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Cruz: Pray That Supreme Court Doesn't Legalize Gay Marriage

U.S. Sen. Ted Cruz used the imminent Supreme Court ruling on gay marriage to make his case to a socially conservative group on Thursday.

U.S. Sen. Ted Cruz at the First in the Nation Republican Leadership Summit in Nashua, N.H., on April 18, 2015.

WASHINGTON – U.S. Sen. Ted Cruz used the imminent Supreme Court ruling on gay marriage to make his case to a socially conservative group on Thursday.

Gay marriage, according to Cruz’s remarks to the Faith and Freedom Coalition, is one of many ways Democrats, the media and at times his Republican rivals persecute evangelical Christians.

“Religious liberty is under assault,” he said.

“I would encourage everyone here to be lifting up in prayer the court that they not engage in an act of naked and lawless judicial activism, tearing down the marriage laws adopted pursuant to the Constitution,” he added.

Texas’ junior senator touched on recent controversies about gay marriage in Indiana and Arkansas.

“Today’s Democratic Party, aided by their friends in the media, and aided even more by big business that decided it was good business to throw Christians overboard and abandon religious liberty, pounded upon leaderships there,” he said.

“I’ll tell you what was saddest: just how many Republicans ran for the hills,” he said. “More than a few Republicans, sadly even more than a few Republicans running for president in 2016, chose that moment somehow to go and rearrange their sock drawer.”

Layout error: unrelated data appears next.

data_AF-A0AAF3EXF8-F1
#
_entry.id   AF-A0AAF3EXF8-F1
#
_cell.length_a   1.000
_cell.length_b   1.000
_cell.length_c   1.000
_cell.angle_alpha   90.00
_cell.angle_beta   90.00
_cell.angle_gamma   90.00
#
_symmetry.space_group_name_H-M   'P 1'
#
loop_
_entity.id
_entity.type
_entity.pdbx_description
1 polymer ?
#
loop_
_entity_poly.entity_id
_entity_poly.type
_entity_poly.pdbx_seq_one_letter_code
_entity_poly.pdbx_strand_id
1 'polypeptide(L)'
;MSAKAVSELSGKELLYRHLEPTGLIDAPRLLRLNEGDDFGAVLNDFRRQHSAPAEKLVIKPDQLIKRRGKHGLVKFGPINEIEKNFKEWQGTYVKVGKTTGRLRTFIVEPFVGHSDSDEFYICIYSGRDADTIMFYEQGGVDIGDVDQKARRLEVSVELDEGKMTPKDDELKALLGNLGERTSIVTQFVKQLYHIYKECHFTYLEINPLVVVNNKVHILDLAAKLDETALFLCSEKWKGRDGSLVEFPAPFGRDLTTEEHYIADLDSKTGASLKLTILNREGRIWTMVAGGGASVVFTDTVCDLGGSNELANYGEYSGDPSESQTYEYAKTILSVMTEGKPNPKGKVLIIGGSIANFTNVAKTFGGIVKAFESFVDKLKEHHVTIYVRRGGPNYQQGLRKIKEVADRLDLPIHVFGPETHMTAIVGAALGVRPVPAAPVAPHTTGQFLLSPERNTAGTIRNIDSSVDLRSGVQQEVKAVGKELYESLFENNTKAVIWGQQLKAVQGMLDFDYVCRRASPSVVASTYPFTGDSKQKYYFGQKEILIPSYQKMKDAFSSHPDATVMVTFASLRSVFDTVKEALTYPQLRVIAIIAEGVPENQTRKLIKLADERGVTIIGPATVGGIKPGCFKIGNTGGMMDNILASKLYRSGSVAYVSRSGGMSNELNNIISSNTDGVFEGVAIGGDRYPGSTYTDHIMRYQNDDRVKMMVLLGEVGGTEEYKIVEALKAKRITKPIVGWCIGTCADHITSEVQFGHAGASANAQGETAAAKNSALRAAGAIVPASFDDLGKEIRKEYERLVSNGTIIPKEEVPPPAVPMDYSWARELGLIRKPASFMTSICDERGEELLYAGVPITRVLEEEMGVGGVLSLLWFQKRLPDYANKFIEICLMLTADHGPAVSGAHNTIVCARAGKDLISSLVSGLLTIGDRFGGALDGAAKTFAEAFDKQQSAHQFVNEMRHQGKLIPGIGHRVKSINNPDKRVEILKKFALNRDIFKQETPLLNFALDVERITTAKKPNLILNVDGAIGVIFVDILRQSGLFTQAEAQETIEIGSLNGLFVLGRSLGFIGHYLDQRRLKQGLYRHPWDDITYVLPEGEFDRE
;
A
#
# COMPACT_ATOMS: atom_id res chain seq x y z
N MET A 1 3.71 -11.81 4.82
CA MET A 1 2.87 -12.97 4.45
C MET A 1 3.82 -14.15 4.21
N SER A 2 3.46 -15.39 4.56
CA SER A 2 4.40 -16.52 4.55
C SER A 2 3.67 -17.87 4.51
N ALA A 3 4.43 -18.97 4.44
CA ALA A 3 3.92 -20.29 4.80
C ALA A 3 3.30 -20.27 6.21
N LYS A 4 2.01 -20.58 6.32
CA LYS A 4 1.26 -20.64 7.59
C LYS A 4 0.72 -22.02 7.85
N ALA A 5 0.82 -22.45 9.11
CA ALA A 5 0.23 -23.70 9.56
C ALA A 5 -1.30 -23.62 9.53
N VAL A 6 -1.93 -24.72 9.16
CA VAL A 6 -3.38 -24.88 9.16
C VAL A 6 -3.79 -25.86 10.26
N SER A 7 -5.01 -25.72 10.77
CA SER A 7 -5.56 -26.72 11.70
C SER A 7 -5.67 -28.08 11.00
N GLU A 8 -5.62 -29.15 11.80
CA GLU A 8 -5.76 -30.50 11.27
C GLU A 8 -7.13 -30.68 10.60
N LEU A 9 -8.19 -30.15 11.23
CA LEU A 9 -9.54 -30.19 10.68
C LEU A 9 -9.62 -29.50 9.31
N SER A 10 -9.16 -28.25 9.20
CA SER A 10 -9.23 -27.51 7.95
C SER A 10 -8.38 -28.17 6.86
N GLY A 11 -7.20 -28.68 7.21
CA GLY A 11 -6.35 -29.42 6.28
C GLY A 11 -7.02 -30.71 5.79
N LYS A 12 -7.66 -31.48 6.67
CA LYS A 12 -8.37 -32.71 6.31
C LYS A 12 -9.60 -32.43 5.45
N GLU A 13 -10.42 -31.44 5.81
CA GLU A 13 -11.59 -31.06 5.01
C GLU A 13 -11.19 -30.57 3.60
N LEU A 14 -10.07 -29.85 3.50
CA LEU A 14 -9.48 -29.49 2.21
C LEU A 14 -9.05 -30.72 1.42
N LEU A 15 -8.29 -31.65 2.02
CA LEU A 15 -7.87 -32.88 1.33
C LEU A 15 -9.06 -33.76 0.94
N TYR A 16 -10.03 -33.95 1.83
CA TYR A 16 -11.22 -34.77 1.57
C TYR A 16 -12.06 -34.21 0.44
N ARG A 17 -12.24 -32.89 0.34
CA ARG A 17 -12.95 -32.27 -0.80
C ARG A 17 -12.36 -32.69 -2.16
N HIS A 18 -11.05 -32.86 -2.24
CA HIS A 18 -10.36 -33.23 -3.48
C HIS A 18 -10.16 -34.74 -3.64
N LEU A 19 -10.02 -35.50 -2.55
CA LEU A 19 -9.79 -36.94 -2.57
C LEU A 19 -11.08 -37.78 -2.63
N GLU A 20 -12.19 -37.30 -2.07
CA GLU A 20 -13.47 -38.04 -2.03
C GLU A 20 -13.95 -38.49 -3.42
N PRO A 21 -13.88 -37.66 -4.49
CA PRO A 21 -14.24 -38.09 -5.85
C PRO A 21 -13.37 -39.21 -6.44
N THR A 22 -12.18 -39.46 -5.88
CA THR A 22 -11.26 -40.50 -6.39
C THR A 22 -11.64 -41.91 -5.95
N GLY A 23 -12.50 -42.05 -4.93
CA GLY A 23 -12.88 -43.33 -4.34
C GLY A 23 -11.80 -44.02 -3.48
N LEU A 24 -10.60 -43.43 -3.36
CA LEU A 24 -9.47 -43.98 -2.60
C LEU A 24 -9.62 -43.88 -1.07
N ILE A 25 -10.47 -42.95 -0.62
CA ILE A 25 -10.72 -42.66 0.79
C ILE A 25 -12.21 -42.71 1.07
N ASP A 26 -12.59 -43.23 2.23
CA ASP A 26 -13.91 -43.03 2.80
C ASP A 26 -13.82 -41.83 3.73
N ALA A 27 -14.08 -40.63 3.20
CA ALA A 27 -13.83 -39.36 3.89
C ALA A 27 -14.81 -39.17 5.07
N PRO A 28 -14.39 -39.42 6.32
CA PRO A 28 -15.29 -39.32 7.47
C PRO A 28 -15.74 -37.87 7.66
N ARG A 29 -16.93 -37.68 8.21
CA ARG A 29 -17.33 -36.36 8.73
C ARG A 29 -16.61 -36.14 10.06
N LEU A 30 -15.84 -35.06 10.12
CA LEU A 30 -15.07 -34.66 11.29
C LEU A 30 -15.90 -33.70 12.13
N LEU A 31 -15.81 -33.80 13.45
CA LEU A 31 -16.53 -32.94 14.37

Over and over in his sermon-like remarks, Cruz said “Morning is coming,” in reference to the moment President Obama will leave office.

It is a line from the Old Testament, but it also recalled President Ronald Reagan’s “Morning in America” campaign theme. Cruz often quotes the late president in his speeches and frequently says he is the best candidate to run from the Reagan playbook in a general election.

While he's polarizing to Democrats and independents, Cruz argues he has the potential to boost the evangelical voting base.

At this gathering, he made that case to the audience. 

“You have a circle of influence: friends, family, pastors," he said. "...There are right now about 90 million evangelicals in America. Fifty million evangelicals are staying home. Fifty million.”  

“It’s a real simple formula," he added. "If people of faith show up, if we stand for our faith and our liberty and the Constitution, we will win and turn the country around.”

Former Gov. Rick Perry, also a presidential contender, will address the group on Saturday morning. 

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